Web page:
The central bank's market-cooling measures resulted in a sharp slowdown in house price rises in 2018 and 2019, but the housing market gained momentum again last year.
The national average home price stood at CA$720,850 (US$570,162) in November 2021, up by a whopping 19.6% from a year earlier, according to CREA. British Columbia and Ontario had the most expensive housing markets in the country, with average prices of CA$992,844 (US$785,298) and CA$922,580 (US$729,722), respectively.
The Canadian economy was estimated to have grown by about 5% in 2021, following a contraction of 5.3% in 2020, according to the Bank of Canada. The BOC expects the economy to grow by another 4.25% in 2022.
There are virtually no restrictions on foreigners buying properties in Canada.
Rental returns in Toronto are moderate
Rental returns on apartments in Montreal tend to outpace those in Toronto. We´ve found in recent years that even on a largish 120 sq. m. apartment in Montreal, you are likely to earn a gross rental return over of 4.5%. If you own a small apartment of 60 sq. m. in Montreal and rent it out, you are likely to make a return of around 6%. In this low-return era, in a low-risk country such as Canada, that is a really acceptable yield. However unfortunately this year we don´t have yields data for Montreal, so in saying this we are relying on an extrapolation of previous years´ figures.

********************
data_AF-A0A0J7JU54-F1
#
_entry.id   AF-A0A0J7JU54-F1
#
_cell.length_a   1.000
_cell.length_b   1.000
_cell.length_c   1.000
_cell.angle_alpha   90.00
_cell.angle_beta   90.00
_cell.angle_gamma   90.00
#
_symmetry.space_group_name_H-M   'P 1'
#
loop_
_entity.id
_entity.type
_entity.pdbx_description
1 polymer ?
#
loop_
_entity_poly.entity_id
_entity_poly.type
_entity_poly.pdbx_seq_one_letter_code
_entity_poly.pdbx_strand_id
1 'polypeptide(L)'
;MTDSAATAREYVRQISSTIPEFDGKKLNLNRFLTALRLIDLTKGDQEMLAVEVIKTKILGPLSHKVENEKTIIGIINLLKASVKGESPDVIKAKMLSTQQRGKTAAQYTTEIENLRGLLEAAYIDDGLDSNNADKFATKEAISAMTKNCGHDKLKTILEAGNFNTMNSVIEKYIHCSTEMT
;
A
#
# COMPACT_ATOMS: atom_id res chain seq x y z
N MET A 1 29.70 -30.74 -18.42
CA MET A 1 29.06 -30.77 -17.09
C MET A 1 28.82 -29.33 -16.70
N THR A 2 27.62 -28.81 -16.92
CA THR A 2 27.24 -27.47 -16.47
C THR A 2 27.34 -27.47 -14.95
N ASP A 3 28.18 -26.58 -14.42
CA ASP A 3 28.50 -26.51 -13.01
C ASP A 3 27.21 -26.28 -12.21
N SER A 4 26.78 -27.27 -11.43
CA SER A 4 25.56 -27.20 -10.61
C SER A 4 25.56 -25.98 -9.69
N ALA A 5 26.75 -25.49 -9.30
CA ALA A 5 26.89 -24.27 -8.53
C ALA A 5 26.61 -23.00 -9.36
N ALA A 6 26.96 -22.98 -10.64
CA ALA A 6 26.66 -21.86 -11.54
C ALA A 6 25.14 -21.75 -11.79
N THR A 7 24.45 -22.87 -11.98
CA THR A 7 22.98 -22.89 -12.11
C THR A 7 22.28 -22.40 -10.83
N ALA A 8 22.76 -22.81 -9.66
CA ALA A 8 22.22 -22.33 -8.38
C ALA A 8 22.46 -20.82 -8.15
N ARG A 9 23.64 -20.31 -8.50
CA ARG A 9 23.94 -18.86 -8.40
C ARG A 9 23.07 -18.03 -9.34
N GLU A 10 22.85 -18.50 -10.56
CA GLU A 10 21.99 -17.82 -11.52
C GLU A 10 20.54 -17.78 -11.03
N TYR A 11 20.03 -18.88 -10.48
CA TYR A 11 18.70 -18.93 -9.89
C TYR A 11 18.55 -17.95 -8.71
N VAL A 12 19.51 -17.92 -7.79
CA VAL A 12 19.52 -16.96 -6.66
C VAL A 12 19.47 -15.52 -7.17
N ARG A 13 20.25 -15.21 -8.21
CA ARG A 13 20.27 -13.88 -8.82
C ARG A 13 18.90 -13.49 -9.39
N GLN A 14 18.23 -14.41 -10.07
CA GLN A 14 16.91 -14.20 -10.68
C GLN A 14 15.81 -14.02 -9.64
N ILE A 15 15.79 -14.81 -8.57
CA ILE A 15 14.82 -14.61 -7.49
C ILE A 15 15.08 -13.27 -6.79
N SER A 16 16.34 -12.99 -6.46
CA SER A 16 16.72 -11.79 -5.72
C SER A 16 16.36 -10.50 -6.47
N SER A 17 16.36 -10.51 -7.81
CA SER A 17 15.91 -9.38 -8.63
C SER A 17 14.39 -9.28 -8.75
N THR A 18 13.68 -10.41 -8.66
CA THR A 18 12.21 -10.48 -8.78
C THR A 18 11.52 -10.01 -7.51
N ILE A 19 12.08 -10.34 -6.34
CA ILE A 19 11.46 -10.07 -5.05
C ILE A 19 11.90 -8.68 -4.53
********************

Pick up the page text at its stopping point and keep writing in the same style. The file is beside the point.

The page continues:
In Toronto, gross rental yields are lower, at between 3.9% to 5.5%, sometimes even lower. Taking account of the fact that we give gross figures - a guess might be that net yields would be 2% lower.
We continue to find it hard to collect yields figures for Vancouver.
Transactions costs in Canada are usually reasonable. The Canadian property market is cooling.
Taxes are generally high
Rental Income: Gross rental income is subject to a fixed 25% tax, withheld by the tenant.
However, nonresidents can elect to pay under the section 216 of the Income Tax Act, wherein they will be liable to pay tax on their net income at progressive federal rates. Nonresidents electing under section 216 are also liable to pay 48% surtax.
Capital Gains: Only 50% of the capital gains are liable to tax. Capital gains are computed by deducting the costs incurred in selling and purchasing the property, capital expenditures, and such costs as additions and improvements in the property.
Inheritance: There is no inheritance or estate tax in Canada.
Residents: Canadian residents are subject to Canadian income tax on their worldwide income. Income is taxed at the federal level and at the provincial level.